Tuesday, June 24, 2014

Forage from your own front yard

Foraging in both urban and rural settings has been, and seems to be again, a popular way to find food "from the wild." I haven't practiced this much (yet), but what I do do is find and eat unlikely food from my own front yard. I have two examples for you today. But first, the poultry word of the day.
Chicken or hen scratch: unreadable or ugly handwriting.

Garlic scapes

Here are the scapes still on the plant.
Garlic scapes are that curly "whip" that grows up the stem of hardneck garlic. Softneck garlic does not have this whip, and I recently learned that most commercial garlic found in the grocery store is softneck precisely because growers don't have to deal with the scape.

"Deal with?" you ask. If the scape is not removed, the plant will put lots of energy into developing a seed pod at the end, thus leaving less energy for the underground crown which is what we like to eat. Removing the scape not only helps develop a larger crown of garlic, it's also tasty.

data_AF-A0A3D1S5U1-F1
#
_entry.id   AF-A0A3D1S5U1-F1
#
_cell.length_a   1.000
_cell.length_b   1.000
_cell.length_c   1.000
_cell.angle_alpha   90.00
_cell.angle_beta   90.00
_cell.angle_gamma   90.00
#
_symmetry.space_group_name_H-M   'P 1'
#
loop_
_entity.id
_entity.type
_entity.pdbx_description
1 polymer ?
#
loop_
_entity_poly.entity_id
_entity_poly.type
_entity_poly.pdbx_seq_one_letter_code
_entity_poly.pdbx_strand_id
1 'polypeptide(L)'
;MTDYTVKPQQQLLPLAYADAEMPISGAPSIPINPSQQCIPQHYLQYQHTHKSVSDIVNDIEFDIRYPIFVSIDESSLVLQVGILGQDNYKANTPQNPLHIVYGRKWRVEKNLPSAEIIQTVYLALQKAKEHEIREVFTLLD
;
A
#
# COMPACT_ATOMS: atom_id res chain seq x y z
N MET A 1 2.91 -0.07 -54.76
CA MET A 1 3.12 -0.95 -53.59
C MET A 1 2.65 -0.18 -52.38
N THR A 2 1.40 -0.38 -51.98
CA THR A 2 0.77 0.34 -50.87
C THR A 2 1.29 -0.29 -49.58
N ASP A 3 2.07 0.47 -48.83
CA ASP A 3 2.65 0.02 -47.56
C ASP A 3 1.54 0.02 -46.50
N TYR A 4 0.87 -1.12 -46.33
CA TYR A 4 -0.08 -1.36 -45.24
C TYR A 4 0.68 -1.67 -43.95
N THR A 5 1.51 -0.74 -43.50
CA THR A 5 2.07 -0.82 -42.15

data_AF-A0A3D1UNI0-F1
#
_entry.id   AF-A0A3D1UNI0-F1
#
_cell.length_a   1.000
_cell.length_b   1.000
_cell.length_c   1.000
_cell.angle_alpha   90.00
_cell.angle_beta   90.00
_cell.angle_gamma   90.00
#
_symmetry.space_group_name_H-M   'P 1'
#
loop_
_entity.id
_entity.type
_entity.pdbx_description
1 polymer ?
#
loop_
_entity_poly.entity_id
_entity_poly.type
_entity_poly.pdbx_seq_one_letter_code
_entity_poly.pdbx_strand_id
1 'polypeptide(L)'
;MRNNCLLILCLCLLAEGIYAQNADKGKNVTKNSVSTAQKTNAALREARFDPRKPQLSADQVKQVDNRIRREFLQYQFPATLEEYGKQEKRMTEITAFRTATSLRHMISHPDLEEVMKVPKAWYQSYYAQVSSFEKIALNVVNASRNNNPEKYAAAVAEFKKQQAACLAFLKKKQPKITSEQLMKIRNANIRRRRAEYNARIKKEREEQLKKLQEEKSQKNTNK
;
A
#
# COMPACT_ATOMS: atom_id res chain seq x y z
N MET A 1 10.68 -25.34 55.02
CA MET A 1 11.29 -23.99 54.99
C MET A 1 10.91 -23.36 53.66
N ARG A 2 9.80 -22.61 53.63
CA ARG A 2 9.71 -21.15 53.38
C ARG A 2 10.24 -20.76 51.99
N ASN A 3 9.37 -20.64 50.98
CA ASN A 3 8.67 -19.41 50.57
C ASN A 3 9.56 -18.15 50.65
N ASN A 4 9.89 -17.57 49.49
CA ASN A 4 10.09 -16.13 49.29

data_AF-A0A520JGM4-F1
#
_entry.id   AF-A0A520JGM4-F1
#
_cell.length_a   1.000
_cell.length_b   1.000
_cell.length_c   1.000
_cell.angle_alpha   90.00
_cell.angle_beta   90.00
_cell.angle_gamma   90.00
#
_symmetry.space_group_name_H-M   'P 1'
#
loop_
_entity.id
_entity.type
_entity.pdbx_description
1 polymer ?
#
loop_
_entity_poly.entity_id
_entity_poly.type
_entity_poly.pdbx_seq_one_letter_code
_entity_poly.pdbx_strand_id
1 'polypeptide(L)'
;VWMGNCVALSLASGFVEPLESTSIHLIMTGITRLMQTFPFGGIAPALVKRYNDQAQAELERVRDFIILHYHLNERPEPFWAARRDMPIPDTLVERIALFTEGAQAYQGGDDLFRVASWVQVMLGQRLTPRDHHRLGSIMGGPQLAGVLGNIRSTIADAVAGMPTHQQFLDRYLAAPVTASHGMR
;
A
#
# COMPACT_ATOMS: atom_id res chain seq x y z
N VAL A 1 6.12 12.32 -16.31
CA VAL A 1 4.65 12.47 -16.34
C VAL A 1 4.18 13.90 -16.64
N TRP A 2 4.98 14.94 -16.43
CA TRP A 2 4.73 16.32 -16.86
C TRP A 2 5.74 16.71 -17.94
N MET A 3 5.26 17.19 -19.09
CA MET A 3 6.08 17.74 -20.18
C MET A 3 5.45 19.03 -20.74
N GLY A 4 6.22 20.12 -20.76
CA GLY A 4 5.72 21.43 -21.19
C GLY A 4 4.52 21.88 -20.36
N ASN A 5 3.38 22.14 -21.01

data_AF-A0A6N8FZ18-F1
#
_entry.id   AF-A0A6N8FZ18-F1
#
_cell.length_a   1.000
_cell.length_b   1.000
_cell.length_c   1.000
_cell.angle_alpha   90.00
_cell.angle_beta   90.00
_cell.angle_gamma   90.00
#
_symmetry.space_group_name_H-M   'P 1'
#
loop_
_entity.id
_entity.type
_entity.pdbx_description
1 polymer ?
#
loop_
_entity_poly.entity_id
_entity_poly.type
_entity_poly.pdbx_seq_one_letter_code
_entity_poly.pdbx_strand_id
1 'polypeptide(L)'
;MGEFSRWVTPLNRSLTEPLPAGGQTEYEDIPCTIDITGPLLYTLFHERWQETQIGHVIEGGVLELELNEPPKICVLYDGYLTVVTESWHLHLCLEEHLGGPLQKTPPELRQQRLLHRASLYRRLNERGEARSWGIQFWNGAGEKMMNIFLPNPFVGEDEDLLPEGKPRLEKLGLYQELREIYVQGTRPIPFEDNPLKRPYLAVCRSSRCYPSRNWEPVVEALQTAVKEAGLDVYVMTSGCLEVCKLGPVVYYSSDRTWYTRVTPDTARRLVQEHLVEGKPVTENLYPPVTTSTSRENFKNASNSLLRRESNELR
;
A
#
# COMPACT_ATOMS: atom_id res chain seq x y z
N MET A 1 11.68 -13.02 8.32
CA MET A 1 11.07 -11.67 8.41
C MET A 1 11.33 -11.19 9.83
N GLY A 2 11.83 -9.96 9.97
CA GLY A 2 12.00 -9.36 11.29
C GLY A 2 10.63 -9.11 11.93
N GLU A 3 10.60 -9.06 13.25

This year I harvested at least 90 scapes. We've already started chopping them into salads and sauteing with asparagus. If I get time, I want to try to pickle a jar of them. If you haven't snapped yours off yet, it's time to get them, and then eat them!

















Lambsquarters

This "weed" grows in our orchard, probably came in with the compost or the hay mulch we used last year. But I'm not complaining - we eat this early summer green raw while weeding, and cooked as a side dish. Our favorite way to prepare it is to steam with a bit of oil and vinegar. Think wilted spinach, except free, and very organic ;)

Close up of lambsquarters leaf so you can identify it. The leaf underside has an interesting white powder; it's one sure way to identify this plant in your garden.

Dinner guest

Tonight while eating on our lambsquarters and garlic scapes on our front porch, this little one hopped in and started helping itself to clover. Jay remarked that we've probably created a bunny haven; no dogs and lots of clover. But as long as they don't eat any of the shrubs, they're keeping the clover to a manageable roar.